Decision on Opposition No B 2 747 296 page: 4 of 5
meaning for any of the goods in question from the perspective of the public in the
relevant territory. Therefore, the distinctiveness of the earlier mark must be seen as
e) Global assessment, other arguments and conclusion
Evaluating likelihood of confusion implies some interdependence between the
relevant factors and, in particular, a similarity between the marks and between the
goods or services. Therefore, a lesser degree of similarity between goods and
services may be offset by a greater degree of similarity between the marks and vice
versa (29/09/1998, C-39/97, Canon, EU:C:1998:442, § 17).
In the present case, the goods are identical. The signs are visually and aurally similar
to only a low degree. The conceptual aspect does not influence the comparison of
the signs for the public under consideration, leaving the consumers to rely on their
visual and aural perceptions of the signs when comparing them. The earlier mark has
a normal degree of distinctiveness, which confers on it a normal level of protection.
Bearing this in mind, the Opposition Division finds that although the relevant goods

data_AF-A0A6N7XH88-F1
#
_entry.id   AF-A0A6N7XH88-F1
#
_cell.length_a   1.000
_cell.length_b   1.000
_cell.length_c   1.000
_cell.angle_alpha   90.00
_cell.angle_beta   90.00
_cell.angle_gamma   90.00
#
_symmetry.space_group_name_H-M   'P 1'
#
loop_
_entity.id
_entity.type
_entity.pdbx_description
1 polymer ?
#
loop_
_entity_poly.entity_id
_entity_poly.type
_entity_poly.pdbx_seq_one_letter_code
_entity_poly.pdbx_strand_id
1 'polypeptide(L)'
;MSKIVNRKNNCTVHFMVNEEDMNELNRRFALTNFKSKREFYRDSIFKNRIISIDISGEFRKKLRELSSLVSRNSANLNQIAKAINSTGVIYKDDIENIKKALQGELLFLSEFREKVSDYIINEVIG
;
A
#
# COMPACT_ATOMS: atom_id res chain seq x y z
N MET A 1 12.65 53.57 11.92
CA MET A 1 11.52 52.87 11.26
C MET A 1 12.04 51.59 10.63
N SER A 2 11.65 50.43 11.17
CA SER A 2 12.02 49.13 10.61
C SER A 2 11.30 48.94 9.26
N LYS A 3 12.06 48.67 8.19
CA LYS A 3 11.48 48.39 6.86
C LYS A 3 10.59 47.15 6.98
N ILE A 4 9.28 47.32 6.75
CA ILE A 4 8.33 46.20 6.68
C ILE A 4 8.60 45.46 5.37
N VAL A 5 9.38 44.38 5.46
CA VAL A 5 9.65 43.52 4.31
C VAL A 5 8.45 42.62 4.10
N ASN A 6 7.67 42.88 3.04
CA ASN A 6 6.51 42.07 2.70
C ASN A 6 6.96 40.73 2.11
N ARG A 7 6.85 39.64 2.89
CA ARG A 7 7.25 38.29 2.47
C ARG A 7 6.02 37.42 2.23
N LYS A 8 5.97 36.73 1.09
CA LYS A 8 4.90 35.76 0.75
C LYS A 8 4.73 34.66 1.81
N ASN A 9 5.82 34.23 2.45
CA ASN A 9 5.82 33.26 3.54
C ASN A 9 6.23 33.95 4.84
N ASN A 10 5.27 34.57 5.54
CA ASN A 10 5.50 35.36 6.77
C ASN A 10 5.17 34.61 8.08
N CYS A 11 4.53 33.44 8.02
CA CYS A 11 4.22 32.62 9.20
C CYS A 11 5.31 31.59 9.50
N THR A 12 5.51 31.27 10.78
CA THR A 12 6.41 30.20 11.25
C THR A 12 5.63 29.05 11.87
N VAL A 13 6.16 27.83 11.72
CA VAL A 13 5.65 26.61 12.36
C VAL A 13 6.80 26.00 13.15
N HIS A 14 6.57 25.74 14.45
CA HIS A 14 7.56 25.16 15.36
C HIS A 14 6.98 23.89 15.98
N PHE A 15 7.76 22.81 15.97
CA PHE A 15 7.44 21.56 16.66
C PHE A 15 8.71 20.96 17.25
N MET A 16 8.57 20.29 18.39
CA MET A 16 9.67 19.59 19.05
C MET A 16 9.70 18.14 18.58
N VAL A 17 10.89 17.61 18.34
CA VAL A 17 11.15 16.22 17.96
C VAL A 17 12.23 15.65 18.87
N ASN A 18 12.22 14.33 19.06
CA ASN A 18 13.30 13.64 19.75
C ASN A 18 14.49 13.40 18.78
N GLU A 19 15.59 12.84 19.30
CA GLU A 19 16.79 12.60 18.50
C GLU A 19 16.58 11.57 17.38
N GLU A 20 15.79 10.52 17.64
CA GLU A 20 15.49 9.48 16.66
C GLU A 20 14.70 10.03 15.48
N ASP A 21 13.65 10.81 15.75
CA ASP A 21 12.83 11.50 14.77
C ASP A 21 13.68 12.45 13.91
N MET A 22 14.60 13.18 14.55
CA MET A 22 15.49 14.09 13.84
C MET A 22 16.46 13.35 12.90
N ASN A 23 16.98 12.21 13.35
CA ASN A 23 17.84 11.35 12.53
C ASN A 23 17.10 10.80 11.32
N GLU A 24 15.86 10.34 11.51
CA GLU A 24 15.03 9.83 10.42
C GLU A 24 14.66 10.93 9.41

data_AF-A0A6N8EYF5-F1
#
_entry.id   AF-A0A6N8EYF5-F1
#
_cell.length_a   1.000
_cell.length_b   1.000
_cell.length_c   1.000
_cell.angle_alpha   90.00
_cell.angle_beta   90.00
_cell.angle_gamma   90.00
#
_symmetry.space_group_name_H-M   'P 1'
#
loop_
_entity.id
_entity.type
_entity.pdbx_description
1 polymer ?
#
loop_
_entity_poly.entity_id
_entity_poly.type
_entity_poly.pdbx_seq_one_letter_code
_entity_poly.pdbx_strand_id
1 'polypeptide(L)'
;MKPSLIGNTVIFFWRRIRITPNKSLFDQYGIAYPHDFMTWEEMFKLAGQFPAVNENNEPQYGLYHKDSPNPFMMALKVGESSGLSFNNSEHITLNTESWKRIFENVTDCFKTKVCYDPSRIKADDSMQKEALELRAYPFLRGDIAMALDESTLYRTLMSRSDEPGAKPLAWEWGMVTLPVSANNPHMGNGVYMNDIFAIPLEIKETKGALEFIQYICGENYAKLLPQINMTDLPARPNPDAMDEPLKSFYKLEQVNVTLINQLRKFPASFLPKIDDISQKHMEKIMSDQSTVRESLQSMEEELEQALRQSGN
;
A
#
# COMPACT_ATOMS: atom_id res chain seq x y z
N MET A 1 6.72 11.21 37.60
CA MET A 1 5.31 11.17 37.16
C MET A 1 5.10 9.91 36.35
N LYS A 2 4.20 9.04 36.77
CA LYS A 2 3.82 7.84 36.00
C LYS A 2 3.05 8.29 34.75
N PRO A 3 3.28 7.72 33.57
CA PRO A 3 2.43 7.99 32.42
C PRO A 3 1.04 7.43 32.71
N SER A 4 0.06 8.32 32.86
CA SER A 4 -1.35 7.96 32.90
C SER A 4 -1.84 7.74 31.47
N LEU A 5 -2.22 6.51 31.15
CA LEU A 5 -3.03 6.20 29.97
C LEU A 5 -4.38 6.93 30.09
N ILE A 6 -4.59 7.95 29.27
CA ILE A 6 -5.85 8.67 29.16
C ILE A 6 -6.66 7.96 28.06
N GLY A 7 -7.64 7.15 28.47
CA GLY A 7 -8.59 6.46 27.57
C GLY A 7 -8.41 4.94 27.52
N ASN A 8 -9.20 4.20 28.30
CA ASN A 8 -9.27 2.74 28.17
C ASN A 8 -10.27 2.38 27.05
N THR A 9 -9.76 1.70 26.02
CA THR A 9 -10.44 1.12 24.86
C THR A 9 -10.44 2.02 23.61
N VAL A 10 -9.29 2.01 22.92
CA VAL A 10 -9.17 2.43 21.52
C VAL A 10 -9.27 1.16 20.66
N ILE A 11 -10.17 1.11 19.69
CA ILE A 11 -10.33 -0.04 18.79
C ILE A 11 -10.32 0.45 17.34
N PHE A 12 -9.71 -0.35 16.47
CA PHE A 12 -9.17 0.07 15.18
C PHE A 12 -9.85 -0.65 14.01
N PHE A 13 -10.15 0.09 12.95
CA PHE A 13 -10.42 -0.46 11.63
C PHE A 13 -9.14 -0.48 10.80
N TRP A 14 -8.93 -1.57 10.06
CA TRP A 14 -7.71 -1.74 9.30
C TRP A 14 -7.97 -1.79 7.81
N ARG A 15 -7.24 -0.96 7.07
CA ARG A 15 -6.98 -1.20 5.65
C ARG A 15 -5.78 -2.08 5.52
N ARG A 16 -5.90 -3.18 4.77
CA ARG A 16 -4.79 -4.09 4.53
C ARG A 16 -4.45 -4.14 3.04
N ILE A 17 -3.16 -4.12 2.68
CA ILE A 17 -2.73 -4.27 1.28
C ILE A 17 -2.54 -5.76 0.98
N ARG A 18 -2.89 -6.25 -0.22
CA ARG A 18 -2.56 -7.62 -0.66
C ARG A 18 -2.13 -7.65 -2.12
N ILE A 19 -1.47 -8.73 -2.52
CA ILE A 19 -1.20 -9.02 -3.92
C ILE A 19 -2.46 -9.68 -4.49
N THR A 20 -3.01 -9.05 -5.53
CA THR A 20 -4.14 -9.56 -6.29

are identical, the differences between the signs offset their similarities to the extent
that there is a significant visual and aural difference in the contested sign in the form
of the middle letter/sound ‘Z’.
Furthermore, the length of the signs may affect the differences between them. The
shorter a sign, the more easily the public is able to perceive its single elements.
Therefore, in short words, small differences may frequently lead to a different overall
impression, especially when the visual aspect plays a significant role, as is the case
when goods in Class 25 are purchased. In contrast, the public is less aware of
differences between long signs.
The signs in dispute are both short marks. The fact that they differ in one letter is a
relevant factor to consider when evaluating the likelihood of confusion between the
conflicting signs. Therefore, considering all the above, there is no likelihood of
confusion on the part of the public and the opposition must be rejected.
According to Article 109(1) EUTMR, the losing party in opposition proceedings must
bear the fees and costs incurred by the other party.
Since the opponents are the losing parties, they must bear the costs incurred by the
applicant in the course of these proceedings.
According to Article 109(7) EUTMR and Article 18(1)(c)(i) EUTMIR (former Rule 94(3)
and Rule 94(7)(d)(ii) EUTMIR, in force before 01/10/2017), the costs to be paid to the
applicant are the costs of representation, which are to be fixed on the basis of the
maximum rate set therein.